I’m not so drunk you’re really Santa Claus.
I’m only begging for your ear a while,
then maybe next time you come out for drinks
you’ll think twice before you show up dressed for work.
I bet it’s never right for them, the mothers.
The lighting’s dim, the elf gets in the way,
or else they want to haggle, always looking
for something free. Ain’t nothing ever free.
And you know yourself a two-year-old’s no better
than any rancid, riled up drunk in this dump.
No wonder Santa’s come to Shorty’s Tavern.
You know, my father always wanted us to believe
in you, and every year he had a scheme
to put out all our doubts once and for all.
One Christmas morning there were reindeer tracks
out in the front yard where the grass was thin
and it was muddy from a thunderstorm.
Well, that was all the proof it took for me.
Later I learned he’d sawed a hoof from a buck
his buddy killed, to fake those tracks. He went
to all that trouble just to fool his kids.
He’s almost ninety now and losing it.
I stop in here at times after a visit
to the Home, the times he thinks I’m someone else.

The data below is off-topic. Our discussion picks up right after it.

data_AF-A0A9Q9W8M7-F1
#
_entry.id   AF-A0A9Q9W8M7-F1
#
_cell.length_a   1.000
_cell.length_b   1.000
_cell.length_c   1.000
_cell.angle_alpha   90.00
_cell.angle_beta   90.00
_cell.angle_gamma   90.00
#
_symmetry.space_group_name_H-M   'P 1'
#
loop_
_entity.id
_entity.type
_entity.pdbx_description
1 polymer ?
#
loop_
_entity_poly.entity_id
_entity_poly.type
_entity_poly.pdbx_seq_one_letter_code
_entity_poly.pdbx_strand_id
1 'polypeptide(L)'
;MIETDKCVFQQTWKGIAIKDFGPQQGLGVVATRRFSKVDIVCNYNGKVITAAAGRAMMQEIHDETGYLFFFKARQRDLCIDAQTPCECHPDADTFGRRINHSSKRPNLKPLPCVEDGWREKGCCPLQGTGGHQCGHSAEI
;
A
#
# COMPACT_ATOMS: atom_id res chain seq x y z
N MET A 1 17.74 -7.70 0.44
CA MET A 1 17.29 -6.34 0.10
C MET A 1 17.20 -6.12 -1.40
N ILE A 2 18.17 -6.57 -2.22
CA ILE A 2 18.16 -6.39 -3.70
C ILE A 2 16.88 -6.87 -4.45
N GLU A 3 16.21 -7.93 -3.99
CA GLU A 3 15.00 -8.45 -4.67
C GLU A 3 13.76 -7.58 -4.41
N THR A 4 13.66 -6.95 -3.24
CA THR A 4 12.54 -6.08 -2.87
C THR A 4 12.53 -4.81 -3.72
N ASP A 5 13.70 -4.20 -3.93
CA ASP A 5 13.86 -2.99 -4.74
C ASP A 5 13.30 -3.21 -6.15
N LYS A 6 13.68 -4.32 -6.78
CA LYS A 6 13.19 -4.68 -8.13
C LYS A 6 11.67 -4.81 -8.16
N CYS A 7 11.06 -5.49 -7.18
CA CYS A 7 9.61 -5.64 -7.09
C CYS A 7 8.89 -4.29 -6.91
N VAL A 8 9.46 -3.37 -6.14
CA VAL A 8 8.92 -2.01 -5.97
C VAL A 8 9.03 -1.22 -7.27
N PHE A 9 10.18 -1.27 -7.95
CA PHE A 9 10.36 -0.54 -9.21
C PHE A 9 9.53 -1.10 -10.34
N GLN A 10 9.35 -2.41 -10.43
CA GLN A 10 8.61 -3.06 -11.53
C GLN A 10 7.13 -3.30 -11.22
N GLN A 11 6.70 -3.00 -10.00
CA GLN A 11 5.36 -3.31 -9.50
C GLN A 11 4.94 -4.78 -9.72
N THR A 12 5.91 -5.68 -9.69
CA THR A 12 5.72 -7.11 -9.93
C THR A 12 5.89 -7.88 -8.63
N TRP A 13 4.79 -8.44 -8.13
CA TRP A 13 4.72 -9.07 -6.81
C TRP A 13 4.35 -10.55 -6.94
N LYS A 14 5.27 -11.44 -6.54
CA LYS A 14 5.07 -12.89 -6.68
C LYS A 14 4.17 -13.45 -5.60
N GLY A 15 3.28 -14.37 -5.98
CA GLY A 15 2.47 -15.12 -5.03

(Always the same for me, a double bourbon.)
The stink of antiseptic fills that hall
loud with the groans of gray, forgotten men,
the coughs of outcast grannies, TV static.
But I’m the only son who works in town,
so every day I bring him lunch and joke
around and try my best. I do my best.
Is it wrong to want never to go again
to those sickening, mirroring floors,
stooping to put new slippers on feet
that used to stand on cement nine hours straight?
Or is it wrong my fear, what brings me here,
what wakes me like a siren in the night,
is not that he will suffer, but that I’ll live
to wear those slippers on my feet, and hear
my son say his name at my blank stare?
Of course you haven’t got an answer, Santa.
You show up once a year expecting us
to sing the same tired songs, over and over,
give more no matter how give out we are.
You say come here, sit on my dirty lap,
tell Santa what you want. Well, all I want
is just to know I’m doing something right,
and if what right I do does any good.
Kevin Cutrer’s first collection of poems, Lord’s Own Anointed, was published by Dos Madres Press in 2015. More recent work has appeared in Panorama: The Journal of Intelligent Travel, and is forthcoming in The Courtship of Winds and The Hudson Review. Originally from Louisiana, he lives in Boston.
Author photo by Meghan Hole